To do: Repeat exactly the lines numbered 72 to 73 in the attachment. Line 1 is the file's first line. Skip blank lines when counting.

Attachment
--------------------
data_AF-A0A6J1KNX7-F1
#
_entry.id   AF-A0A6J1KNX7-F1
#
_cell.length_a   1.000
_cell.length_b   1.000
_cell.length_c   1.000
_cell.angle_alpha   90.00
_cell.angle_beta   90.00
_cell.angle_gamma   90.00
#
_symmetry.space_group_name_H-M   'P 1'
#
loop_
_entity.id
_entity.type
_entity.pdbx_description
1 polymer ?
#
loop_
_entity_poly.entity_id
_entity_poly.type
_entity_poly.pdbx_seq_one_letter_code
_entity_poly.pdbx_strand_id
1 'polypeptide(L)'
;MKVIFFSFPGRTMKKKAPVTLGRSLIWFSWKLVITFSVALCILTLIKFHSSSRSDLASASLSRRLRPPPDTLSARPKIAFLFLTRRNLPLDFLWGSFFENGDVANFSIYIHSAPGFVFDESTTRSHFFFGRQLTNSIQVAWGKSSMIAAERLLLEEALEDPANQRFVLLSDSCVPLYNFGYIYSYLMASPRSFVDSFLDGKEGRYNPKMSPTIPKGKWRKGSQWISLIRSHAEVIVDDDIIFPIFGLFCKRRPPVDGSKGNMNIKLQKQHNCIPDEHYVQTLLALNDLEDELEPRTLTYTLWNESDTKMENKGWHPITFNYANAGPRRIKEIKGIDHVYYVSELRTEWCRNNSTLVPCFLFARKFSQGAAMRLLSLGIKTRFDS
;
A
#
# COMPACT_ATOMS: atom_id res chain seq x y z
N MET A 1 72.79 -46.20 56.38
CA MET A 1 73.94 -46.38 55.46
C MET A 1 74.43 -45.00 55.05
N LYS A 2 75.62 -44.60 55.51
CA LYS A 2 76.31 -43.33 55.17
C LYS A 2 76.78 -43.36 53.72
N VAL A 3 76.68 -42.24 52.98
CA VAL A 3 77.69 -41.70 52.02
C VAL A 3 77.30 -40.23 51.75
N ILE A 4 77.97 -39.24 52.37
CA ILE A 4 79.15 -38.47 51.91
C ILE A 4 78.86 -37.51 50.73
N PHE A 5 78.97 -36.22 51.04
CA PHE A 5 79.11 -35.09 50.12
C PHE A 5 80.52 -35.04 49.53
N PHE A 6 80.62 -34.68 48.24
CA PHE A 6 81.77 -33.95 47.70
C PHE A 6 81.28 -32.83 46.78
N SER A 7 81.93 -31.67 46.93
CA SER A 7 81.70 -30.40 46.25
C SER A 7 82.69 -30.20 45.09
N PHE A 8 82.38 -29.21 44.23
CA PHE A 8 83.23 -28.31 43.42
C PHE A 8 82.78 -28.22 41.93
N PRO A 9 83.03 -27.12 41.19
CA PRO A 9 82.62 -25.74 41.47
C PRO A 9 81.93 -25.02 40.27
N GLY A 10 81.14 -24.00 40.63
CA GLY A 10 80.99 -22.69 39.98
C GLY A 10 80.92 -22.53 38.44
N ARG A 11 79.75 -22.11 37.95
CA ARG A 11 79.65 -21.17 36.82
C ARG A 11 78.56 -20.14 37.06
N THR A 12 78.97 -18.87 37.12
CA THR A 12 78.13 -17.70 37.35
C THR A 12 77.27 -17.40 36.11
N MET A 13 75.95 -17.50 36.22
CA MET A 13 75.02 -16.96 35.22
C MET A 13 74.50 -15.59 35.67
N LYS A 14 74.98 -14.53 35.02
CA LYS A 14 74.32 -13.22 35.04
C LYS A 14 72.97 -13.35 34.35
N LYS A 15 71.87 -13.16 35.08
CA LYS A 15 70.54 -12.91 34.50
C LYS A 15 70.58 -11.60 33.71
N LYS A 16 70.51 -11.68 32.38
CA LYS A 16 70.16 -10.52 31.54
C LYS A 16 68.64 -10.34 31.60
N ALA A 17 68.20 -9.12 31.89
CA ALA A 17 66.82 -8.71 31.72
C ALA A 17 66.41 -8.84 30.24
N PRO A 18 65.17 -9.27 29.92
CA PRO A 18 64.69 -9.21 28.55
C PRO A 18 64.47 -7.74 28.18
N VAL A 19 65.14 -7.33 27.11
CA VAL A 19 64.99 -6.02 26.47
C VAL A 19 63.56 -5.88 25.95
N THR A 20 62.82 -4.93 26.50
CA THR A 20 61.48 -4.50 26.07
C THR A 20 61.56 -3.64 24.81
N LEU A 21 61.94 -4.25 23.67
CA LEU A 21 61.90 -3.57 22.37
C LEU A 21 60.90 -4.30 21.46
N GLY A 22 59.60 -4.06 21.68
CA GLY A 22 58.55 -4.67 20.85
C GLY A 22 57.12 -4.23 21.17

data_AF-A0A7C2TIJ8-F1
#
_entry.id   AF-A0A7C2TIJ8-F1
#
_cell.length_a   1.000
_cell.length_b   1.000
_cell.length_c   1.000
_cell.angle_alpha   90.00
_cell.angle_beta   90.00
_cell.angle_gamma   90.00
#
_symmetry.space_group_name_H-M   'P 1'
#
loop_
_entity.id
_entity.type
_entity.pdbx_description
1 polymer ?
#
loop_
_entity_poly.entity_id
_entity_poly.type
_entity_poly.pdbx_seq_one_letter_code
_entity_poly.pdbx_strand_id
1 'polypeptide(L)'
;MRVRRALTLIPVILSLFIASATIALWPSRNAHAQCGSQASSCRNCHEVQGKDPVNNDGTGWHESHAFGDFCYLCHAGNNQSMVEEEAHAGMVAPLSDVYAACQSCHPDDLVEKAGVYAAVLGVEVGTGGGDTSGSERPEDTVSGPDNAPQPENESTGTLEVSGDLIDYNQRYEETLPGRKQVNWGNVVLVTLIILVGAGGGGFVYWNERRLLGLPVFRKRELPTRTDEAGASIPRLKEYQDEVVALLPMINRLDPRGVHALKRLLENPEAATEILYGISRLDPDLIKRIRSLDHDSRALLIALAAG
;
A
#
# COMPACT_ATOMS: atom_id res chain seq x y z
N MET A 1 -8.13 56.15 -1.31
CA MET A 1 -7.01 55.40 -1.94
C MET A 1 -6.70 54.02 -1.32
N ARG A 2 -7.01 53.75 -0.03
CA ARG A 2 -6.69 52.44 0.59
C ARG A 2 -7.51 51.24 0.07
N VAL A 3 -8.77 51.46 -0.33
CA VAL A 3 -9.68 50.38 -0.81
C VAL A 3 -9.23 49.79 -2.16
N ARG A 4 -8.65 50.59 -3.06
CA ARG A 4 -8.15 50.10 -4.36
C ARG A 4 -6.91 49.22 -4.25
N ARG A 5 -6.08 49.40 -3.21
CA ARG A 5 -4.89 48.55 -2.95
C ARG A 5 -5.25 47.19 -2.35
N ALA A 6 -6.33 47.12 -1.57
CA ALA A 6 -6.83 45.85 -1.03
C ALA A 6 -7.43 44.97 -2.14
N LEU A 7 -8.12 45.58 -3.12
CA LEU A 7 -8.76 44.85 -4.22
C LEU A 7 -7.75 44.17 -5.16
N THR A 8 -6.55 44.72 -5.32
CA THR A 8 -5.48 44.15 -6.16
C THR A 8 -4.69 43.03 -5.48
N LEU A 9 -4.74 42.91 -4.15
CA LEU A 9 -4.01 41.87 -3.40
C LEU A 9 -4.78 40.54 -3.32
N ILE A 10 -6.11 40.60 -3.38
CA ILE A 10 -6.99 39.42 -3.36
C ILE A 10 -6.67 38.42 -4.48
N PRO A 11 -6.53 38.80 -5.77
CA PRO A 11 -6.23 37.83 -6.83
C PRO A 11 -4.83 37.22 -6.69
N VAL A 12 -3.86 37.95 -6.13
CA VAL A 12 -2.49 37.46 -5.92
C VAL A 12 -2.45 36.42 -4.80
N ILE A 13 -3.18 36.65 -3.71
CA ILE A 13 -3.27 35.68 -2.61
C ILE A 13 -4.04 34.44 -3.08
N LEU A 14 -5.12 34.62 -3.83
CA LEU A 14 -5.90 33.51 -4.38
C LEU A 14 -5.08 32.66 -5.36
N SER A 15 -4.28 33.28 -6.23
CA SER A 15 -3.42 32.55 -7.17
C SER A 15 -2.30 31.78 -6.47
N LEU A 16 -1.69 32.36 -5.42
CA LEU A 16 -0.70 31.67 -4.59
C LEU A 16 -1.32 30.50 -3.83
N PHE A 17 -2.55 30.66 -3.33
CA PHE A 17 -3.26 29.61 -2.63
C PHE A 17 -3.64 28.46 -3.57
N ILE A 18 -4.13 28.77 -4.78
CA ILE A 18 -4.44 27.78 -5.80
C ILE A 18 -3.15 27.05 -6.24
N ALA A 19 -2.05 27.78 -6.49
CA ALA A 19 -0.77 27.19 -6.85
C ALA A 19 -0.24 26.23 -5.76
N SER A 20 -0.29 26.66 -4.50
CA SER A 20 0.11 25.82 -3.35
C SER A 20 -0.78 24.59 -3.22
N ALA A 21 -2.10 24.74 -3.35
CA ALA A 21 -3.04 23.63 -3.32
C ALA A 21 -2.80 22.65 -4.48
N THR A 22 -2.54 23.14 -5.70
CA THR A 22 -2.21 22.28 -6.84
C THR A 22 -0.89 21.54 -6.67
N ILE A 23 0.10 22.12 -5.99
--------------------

C LYS A 14 72.97 -13.35 34.35
N LYS A 15 71.87 -13.16 35.08